Okay, so between writing the first draft of Saturday’s post rambling about the development of Demo Factory and actually pushing it out to the world I found myself pondering ways to rework it and… well, sort of accidentally wrote a complete, upgraded version! Demo Factory 2018 has been through a few iterations since that first build, but the final code was finished in the early hours of this morning. The music this time is from the game Ninja Rabbits and was composed by Sean Connolly, whilst the general layout of the screen was based on the original 1976 release with some tweaks to add new features. After that, everything else was pretty much built from scratch.
In some respects at least this version works in the same way as the original Demo Factory, relying on the C64’s hardware-based sprite to background priority register for the disks – that’s why one of the character multicolours is black in both versions, those parts of the graphics can never have a higher priority than the sprites so the moving floppies are actually passing in front of those parts of the background – but the sprite-based part of the scroller has to work differently, with the left hand character being a sprite that’s being masked in software so it can pass behind the black part of the pipe regardless of the letter’s current colour.
Although there’s one highlighted effect running in the box labelled “VFX” there are also two starfield-like routines, the animating “SFX” cone and a couple of other, smaller elements which are mostly being refreshed every frame – the moving arrows are shifted every second frame because they don’t look as pretty moving faster and things like flashing lights change only when needed – and that lot are all handled with either character redefinition or simply changing the screen or colour RAM. The only hardware sprites in use are the eight floppies which are either on or sitting by the lower conveyor, the last three characters of the scroller as it falls from the upper belt and one expanded sprite which displays the character that’s just about to appear for the scroll.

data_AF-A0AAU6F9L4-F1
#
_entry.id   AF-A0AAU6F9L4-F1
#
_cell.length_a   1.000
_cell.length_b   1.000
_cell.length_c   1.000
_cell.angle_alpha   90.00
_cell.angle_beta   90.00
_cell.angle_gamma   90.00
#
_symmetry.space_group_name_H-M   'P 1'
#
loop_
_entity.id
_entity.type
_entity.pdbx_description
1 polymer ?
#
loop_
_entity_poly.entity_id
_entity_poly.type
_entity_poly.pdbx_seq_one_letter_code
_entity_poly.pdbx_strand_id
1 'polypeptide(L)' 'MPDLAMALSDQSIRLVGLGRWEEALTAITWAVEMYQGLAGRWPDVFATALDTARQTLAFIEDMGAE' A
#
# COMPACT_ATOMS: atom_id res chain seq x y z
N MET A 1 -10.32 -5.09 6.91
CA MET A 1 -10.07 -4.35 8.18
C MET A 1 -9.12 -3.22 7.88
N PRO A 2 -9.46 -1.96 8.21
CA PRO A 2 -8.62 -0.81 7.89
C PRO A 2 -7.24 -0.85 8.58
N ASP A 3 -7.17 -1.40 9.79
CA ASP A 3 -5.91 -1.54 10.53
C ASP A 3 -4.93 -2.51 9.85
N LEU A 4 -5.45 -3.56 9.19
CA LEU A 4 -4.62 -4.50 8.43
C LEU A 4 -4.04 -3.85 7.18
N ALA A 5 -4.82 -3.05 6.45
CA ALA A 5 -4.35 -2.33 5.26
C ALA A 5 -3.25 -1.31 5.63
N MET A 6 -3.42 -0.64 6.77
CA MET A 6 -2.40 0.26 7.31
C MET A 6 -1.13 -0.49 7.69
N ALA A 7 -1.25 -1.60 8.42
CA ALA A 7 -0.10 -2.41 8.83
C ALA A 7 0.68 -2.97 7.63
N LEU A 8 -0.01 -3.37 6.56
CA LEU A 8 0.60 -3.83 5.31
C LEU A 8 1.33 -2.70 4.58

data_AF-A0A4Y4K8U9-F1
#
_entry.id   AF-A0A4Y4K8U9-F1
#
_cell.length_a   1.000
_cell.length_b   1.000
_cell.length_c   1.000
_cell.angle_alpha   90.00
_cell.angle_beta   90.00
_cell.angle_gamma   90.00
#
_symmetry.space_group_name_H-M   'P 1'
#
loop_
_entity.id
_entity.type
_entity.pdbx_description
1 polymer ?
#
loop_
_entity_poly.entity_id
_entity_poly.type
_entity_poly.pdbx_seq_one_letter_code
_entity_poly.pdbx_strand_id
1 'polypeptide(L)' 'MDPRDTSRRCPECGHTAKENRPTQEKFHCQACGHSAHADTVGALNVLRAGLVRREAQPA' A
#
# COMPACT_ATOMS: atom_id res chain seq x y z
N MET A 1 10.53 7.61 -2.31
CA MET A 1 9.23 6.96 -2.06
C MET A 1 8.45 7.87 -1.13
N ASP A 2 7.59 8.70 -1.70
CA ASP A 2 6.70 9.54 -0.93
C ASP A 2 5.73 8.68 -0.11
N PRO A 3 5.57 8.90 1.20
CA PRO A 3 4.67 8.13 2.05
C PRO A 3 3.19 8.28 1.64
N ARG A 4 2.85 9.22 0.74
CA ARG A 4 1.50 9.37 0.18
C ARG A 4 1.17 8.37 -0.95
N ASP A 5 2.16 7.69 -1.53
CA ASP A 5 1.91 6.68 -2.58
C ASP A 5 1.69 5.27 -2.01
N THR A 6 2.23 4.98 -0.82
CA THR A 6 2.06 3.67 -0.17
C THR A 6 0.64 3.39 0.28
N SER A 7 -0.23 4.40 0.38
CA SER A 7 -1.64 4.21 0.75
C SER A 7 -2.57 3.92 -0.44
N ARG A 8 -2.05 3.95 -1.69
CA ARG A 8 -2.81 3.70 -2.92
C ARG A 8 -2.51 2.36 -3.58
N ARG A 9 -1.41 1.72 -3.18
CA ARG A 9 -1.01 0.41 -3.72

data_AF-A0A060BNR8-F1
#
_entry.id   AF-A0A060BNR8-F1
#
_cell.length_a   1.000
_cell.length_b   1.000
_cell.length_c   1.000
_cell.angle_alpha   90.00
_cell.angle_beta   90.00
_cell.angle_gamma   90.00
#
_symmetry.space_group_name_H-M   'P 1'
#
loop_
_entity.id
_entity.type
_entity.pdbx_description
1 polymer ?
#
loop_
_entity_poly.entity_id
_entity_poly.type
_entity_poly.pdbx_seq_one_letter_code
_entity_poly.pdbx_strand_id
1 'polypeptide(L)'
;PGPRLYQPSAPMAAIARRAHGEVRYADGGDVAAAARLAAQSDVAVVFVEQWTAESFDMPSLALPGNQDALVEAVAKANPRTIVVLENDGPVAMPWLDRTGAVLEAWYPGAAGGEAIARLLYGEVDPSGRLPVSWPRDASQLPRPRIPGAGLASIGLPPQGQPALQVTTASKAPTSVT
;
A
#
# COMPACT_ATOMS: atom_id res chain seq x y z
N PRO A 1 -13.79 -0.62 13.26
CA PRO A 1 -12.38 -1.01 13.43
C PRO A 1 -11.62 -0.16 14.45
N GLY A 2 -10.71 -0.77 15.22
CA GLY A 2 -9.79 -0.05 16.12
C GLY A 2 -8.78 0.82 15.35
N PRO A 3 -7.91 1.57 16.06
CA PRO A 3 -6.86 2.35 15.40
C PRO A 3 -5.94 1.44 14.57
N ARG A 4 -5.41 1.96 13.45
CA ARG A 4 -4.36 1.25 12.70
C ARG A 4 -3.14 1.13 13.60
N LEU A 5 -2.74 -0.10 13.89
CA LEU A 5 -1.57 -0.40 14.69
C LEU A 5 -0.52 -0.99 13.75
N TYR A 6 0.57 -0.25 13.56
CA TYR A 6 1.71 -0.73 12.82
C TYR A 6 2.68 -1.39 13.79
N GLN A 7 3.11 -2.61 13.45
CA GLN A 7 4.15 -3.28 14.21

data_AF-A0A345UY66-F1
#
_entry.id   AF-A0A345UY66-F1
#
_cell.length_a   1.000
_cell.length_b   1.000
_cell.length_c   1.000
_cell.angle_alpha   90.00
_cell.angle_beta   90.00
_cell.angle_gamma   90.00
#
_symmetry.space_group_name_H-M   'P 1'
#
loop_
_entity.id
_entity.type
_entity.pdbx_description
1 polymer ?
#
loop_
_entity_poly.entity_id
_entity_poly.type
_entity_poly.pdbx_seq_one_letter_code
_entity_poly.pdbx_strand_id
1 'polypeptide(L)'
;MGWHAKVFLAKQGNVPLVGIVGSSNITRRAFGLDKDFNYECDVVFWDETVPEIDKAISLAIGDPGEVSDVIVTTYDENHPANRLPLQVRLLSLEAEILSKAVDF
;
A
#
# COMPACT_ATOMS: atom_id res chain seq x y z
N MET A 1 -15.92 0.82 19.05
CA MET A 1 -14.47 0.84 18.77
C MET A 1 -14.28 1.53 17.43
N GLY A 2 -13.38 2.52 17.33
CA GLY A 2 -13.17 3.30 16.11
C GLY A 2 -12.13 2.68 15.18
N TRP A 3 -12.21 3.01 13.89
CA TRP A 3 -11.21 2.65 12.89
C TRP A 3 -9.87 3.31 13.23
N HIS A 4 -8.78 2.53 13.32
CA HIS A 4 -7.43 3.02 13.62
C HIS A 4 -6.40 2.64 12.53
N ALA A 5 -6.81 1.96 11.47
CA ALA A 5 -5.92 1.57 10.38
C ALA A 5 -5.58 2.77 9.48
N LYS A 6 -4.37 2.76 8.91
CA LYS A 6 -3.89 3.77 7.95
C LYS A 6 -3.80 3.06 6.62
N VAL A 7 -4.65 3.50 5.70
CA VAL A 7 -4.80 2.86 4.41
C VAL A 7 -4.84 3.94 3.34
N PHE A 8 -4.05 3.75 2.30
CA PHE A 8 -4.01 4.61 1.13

I did consider saving Demo Factory 2018 for the CSDb intro competition if it happens this year – the highest byte of memory used is $3FFF since the upper and lower borders are open and the ghostbyte needed to be zeroed so the code is small enough and it does technically feature a logo – but it feels more appropriate to put it out now alongside my fevered ramblings about the original. The source code has been cleaned up and can be squinted at courtesy of GitHub for those who might be so inclined.
So there I was working on some reviews for Retro Gamer and generally minding my own business the other day when an email rocked up from 123 Reg, the company I use for domains; that isn’t uncommon and they send notifications when renewals are due and the odd “how to improve your SEO” thing that I’ve never bothered reading, but this time was different…
We are writing to inform you that EURid (European Registry for Internet Domains) has decided that anyone without an EU postal address will no longer be able to own a .eu domain name once the UK leaves the EU.
EURid will therefore be terminating all .eu domain names registered to UK addresses on one of two dates.